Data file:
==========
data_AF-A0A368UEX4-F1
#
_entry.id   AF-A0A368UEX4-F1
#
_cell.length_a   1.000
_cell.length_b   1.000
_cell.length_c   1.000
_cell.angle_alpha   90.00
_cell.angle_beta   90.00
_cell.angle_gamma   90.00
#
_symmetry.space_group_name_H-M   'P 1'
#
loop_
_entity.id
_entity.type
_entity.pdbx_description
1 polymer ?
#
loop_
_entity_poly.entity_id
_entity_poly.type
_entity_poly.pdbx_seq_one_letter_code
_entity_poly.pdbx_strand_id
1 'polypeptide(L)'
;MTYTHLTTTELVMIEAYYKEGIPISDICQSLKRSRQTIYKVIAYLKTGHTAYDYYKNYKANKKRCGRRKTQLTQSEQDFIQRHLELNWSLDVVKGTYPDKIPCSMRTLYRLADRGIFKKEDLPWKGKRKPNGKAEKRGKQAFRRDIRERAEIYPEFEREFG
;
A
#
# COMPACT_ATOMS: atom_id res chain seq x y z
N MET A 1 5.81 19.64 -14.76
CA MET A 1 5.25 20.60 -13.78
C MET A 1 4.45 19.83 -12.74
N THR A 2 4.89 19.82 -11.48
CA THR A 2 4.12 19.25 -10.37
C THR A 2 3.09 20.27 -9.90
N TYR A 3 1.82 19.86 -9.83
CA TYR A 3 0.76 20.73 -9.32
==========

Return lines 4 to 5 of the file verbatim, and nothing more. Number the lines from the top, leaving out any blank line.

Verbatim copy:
#
_cell.length_a   1.000